Over the holidays, I started reading, one play at a time, the works of William Shakespeare, figuring that I ought to get around to reading what I was supposed to have read in high school and college … but, of course, didn’t. I started with Othello at Thanksgiving and finished Hamlet a few days ago. I obtained copies from Project Gutenberg, which on its website states, “Choose among free epub and Kindle eBooks, download them or read them online. You will find the world’s great literature here, with focus on older works for which U.S. copyright has expired. Thousands of volunteers digitized and diligently proofread the eBooks, for you to enjoy.”
I’ve seen Hamlet (and other plays) numerous times at The Atlanta Shakespeare Tavern and Oglethorpe University so I knew the storyline, and then there’s the iconic lines throughout the play that most have heard in other contexts. My past familiarity with Hamlet helped because early on in the play, Hamlet pretends to be mad (insane). And, later on, it can be plausibly argued that he ended up mad to some degree. As such, his lines can be difficult to interpret but skipping those sections also does not work as these sections provide much needed background for what happens later. Then, too Ophelia, Hamlet’s would-be fiancée and brother of Laertes, goes mad when Hamlet kills their father. Thus, I turned to some sources on the Internet for help. One is the old standby, Cliff Notes, with its character list and plot summaries. The best source however that I found for translation of difficult passages is LitCharts. The original language and then a modern translation is included.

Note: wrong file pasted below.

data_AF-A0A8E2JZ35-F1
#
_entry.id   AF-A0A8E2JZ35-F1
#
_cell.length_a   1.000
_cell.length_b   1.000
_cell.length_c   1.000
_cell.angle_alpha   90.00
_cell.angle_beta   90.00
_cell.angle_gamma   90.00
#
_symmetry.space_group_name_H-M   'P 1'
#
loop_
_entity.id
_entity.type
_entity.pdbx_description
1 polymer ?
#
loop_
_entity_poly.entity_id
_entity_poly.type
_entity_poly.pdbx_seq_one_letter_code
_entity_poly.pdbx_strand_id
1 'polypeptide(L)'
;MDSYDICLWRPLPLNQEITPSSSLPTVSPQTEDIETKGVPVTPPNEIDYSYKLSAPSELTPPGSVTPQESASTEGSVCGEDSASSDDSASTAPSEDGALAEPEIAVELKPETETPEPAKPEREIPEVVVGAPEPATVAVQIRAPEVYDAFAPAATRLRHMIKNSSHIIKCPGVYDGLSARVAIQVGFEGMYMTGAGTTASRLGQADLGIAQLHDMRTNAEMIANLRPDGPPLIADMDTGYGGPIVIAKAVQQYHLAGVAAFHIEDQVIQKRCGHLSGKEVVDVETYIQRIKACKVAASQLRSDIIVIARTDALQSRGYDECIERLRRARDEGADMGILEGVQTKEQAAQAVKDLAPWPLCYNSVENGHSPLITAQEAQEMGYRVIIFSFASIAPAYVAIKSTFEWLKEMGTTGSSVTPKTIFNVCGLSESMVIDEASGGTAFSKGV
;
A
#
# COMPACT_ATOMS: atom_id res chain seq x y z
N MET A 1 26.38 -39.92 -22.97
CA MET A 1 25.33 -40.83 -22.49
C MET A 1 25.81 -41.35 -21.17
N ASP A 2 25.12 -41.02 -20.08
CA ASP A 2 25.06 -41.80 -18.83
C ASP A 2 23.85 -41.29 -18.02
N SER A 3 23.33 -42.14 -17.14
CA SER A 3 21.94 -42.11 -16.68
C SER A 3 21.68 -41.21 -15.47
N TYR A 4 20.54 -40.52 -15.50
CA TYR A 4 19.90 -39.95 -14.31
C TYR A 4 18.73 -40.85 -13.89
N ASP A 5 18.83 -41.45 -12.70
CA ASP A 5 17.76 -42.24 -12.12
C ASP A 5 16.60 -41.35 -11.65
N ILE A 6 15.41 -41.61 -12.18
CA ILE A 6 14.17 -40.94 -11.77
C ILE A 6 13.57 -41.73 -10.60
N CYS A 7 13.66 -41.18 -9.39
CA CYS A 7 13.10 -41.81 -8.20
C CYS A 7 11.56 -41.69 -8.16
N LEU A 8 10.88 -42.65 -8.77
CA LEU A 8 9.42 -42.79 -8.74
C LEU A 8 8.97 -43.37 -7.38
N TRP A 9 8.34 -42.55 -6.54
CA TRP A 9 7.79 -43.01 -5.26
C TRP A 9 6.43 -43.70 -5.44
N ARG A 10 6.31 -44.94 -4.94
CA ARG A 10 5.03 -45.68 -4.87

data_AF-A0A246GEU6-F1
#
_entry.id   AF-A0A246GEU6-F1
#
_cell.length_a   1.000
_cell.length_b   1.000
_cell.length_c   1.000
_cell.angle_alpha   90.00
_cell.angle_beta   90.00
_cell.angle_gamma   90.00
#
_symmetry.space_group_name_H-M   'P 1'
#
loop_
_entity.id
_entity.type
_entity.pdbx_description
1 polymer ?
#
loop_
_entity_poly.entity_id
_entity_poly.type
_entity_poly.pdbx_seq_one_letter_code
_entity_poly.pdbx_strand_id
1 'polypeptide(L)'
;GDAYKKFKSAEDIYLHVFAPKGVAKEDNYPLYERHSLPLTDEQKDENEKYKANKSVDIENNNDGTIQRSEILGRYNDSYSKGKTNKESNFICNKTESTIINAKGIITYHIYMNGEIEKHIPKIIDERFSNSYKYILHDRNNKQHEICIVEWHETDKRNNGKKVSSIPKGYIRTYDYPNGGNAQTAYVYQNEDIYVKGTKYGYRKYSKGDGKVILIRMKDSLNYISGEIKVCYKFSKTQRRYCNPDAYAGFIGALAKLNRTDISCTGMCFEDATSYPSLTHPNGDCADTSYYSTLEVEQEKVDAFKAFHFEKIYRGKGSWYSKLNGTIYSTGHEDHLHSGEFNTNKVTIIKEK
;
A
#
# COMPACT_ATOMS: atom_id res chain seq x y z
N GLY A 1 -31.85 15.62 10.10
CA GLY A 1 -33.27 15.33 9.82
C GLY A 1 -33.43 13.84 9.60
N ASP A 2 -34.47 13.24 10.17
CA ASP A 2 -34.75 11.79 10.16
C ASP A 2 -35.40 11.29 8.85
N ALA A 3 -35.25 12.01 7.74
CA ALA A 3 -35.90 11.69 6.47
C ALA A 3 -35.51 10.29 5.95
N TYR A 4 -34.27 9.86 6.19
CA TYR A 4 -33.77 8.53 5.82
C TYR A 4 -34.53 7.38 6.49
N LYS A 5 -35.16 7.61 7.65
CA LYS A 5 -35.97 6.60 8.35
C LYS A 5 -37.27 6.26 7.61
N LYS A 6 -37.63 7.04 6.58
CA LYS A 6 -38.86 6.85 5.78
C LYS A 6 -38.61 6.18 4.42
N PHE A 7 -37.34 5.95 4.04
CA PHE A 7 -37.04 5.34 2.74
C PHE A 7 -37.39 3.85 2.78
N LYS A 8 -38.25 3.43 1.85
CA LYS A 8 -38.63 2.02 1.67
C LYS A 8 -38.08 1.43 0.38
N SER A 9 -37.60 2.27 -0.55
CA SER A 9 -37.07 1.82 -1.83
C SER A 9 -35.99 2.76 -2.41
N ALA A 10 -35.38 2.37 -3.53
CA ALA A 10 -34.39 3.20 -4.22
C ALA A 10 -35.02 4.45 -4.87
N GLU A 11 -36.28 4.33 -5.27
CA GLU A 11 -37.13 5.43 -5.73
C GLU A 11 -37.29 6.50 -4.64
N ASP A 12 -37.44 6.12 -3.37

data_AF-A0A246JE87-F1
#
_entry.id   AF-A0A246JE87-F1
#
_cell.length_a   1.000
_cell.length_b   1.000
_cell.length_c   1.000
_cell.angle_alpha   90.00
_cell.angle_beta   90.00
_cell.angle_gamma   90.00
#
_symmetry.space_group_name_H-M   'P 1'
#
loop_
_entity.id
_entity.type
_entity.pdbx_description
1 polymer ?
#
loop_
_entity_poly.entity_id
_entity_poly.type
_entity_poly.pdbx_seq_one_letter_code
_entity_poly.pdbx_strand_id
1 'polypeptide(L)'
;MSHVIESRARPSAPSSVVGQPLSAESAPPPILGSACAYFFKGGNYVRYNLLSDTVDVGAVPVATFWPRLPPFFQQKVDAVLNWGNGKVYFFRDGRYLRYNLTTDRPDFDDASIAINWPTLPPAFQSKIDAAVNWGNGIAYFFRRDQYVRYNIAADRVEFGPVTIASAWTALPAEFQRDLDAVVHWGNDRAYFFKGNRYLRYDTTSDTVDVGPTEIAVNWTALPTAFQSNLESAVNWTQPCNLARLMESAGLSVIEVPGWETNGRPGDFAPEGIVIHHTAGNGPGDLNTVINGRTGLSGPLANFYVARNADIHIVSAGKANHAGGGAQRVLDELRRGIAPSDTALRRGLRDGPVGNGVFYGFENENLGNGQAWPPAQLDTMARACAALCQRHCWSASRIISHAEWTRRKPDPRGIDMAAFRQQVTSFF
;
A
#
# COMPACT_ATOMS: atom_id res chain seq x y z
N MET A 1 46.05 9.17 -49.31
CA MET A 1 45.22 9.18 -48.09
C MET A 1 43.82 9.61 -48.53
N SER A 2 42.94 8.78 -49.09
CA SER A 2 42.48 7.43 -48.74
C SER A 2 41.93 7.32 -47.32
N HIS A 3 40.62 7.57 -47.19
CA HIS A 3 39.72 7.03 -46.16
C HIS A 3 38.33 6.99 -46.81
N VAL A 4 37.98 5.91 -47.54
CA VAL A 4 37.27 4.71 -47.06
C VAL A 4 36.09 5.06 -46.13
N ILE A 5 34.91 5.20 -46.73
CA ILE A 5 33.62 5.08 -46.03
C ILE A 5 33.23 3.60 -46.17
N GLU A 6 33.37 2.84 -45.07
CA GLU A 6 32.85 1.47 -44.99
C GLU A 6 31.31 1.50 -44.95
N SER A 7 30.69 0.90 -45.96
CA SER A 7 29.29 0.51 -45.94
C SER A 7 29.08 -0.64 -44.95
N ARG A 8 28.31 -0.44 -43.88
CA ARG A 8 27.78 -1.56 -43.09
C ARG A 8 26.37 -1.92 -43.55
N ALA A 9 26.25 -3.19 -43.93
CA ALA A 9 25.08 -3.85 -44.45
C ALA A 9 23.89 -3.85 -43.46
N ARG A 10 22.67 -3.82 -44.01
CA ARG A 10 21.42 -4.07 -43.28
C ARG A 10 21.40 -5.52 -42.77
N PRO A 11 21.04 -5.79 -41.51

Hamlet is the story of revenge gone most foul because in seeking to avenge his father’s murder, Hamlet loses his crown and life, winds up losing Ophelia, killing her father when he believed it was his father’s murderer, losing his mother to poison at the hands of his father’s murderer though her death was intentional as the poison was meant for Hamlet and seeing Laertes (unintentionally) killed by his own hand and Denmark, taken over by Norway. It is a sad tale of unintended consequences when one seeks vengeance by their own hands, though there is a proviso here.
Readers must, as with most historical fiction and non-fiction, realize that what may not be lawful, or if lawful, acceptable, now, was then. As the king of Denmark committed regicide to gain the crown from his brother, Hamlet had almost nowhere to turn except to revenge … unless he sought the intervention of another country, such as Norway or England, which he did in the end to stop himself from being assassinated by the new king’s orders. Nowadays, as the January 6th events have shown, insurrection and like-minded violence is rightly shunned.